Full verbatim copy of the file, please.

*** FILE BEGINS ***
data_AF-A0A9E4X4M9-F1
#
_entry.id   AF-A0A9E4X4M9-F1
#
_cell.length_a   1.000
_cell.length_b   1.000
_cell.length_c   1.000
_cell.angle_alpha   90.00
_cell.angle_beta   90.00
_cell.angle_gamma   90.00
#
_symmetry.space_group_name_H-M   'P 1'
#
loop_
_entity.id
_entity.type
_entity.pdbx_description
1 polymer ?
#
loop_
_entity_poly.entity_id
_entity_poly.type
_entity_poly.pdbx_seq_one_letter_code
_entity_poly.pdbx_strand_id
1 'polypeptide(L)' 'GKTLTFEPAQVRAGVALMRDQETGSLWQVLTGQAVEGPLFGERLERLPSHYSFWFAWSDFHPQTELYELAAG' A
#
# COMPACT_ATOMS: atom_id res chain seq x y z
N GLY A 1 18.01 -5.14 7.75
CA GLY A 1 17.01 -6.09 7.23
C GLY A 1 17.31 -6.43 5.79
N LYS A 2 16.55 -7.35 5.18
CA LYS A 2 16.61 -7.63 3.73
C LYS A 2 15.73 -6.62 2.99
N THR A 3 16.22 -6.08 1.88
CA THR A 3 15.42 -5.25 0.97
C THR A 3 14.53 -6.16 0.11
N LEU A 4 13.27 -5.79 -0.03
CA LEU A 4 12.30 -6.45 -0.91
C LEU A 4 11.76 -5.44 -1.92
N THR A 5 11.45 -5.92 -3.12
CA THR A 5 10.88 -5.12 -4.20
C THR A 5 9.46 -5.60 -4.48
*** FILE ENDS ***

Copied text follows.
data_AF-A0A9E4X4M9-F1
#
_entry.id   AF-A0A9E4X4M9-F1
#
_cell.length_a   1.000
_cell.length_b   1.000
_cell.length_c   1.000
_cell.angle_alpha   90.00
_cell.angle_beta   90.00
_cell.angle_gamma   90.00
#
_symmetry.space_group_name_H-M   'P 1'
#
loop_
_entity.id
_entity.type
_entity.pdbx_description
1 polymer ?
#
loop_
_entity_poly.entity_id
_entity_poly.type
_entity_poly.pdbx_seq_one_letter_code
_entity_poly.pdbx_strand_id
1 'polypeptide(L)' 'GKTLTFEPAQVRAGVALMRDQETGSLWQVLTGQAVEGPLFGERLERLPSHYSFWFAWSDFHPQTELYELAAG' A
#
# COMPACT_ATOMS: atom_id res chain seq x y z
N GLY A 1 18.01 -5.14 7.75
CA GLY A 1 17.01 -6.09 7.23
C GLY A 1 17.31 -6.43 5.79
N LYS A 2 16.55 -7.35 5.18
CA LYS A 2 16.61 -7.63 3.73
C LYS A 2 15.73 -6.62 2.99
N THR A 3 16.22 -6.08 1.88
CA THR A 3 15.42 -5.25 0.97
C THR A 3 14.53 -6.16 0.11
N LEU A 4 13.27 -5.79 -0.03
CA LEU A 4 12.30 -6.45 -0.91
C LEU A 4 11.76 -5.44 -1.92
N THR A 5 11.45 -5.92 -3.12
CA THR A 5 10.88 -5.12 -4.20
C THR A 5 9.46 -5.60 -4.48